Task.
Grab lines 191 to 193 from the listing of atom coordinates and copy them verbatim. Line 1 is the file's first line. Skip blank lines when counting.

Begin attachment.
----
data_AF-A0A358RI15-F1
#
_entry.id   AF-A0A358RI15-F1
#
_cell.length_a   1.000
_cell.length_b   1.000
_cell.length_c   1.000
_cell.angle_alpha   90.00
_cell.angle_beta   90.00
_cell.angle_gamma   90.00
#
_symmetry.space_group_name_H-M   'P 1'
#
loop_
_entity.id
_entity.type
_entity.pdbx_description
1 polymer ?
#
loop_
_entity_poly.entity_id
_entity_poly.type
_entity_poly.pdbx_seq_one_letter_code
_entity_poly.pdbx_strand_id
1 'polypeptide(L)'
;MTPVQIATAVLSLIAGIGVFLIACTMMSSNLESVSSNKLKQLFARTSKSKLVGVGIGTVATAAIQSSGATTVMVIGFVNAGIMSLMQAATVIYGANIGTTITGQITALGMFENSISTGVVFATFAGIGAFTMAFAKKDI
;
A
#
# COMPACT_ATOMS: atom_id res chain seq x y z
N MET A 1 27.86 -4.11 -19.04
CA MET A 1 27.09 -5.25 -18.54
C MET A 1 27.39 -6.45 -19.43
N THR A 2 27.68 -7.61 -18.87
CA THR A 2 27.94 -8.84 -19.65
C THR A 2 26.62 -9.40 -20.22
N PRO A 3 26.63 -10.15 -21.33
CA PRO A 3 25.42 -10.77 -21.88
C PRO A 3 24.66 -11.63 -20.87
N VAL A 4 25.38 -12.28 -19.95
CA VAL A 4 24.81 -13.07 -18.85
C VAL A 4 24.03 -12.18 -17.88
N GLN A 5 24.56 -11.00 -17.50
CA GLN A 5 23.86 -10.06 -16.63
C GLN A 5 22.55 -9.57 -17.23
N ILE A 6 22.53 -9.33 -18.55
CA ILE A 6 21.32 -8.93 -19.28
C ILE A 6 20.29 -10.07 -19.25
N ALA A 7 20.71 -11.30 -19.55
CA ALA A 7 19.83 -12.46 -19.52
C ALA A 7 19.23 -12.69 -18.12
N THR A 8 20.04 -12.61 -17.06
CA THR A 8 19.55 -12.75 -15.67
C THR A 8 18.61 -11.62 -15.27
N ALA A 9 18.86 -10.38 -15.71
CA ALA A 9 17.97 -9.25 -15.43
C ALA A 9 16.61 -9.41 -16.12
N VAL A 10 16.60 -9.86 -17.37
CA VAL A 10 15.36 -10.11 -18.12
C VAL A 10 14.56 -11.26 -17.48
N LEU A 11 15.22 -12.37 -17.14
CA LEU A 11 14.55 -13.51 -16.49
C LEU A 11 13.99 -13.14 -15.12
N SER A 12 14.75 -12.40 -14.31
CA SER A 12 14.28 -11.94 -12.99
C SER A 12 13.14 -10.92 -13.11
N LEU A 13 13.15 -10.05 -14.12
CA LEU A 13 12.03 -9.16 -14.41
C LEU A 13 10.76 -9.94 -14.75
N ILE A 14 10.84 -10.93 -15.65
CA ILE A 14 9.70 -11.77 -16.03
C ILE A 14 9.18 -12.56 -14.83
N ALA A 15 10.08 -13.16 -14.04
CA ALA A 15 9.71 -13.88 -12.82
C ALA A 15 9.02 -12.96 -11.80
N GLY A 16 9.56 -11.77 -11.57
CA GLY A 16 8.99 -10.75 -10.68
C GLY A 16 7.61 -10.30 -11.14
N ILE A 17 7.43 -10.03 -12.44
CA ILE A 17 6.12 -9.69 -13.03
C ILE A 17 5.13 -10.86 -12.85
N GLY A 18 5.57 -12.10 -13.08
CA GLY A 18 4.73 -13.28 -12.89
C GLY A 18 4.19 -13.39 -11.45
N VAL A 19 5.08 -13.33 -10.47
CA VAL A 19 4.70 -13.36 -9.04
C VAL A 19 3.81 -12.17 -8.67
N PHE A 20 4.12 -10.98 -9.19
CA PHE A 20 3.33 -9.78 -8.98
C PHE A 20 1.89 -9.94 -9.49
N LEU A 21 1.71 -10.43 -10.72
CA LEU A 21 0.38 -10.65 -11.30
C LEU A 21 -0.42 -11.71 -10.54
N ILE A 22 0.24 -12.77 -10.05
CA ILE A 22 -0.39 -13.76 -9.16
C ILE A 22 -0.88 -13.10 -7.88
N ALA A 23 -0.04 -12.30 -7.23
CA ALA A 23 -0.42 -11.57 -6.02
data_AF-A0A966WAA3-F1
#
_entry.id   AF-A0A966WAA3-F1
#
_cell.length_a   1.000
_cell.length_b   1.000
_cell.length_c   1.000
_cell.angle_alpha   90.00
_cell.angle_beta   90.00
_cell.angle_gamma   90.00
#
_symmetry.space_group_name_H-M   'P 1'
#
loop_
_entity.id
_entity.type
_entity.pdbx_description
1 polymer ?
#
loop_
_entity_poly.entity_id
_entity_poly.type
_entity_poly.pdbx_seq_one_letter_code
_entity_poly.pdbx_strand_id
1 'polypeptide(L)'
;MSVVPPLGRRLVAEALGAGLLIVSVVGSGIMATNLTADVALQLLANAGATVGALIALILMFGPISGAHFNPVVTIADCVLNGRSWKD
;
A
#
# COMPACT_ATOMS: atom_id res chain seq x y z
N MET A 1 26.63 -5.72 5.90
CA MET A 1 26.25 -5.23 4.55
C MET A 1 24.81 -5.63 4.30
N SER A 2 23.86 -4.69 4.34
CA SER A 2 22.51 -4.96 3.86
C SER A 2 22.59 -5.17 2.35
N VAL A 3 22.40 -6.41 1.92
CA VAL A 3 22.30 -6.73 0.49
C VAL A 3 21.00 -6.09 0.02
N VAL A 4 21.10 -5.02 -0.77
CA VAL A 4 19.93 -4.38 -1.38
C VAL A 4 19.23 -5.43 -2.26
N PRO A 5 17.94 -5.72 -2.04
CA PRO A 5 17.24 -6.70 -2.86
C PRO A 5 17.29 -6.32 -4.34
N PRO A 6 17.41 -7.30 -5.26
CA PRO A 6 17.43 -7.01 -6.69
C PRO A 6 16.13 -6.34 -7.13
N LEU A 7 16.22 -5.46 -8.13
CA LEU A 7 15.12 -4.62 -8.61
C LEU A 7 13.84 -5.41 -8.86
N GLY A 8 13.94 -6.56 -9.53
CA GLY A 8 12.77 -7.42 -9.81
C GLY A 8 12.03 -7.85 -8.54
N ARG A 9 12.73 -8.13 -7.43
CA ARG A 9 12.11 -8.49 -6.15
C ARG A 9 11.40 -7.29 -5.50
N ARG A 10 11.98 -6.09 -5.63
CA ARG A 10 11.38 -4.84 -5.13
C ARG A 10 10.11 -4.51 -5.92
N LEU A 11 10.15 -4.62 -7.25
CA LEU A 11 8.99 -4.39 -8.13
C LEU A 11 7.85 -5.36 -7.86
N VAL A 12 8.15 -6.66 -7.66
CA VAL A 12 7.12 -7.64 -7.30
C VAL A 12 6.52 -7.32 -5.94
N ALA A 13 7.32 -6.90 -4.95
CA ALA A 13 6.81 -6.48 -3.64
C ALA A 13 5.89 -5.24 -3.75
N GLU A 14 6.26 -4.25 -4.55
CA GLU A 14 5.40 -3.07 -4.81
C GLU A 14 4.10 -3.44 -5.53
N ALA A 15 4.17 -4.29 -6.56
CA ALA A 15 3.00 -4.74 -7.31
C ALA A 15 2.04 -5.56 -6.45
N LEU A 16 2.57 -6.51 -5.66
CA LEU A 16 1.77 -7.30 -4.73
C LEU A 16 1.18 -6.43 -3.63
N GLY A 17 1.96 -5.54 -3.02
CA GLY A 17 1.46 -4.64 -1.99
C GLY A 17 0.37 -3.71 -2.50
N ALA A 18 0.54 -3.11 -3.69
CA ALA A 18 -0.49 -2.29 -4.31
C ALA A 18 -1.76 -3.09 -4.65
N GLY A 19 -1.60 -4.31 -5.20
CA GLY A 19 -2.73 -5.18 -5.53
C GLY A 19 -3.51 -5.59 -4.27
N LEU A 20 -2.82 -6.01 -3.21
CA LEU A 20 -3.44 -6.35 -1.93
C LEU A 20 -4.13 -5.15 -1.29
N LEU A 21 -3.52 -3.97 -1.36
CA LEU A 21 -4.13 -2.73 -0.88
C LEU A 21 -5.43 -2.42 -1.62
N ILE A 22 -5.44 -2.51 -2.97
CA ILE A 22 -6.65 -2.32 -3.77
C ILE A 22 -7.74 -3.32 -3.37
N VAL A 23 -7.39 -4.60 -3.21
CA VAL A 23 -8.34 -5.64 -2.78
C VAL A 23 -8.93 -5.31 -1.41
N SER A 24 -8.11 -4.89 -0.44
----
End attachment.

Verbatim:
C LEU A 21 -5.43 -2.42 -1.62
N ILE A 22 -5.44 -2.51 -2.97
CA ILE A 22 -6.65 -2.32 -3.77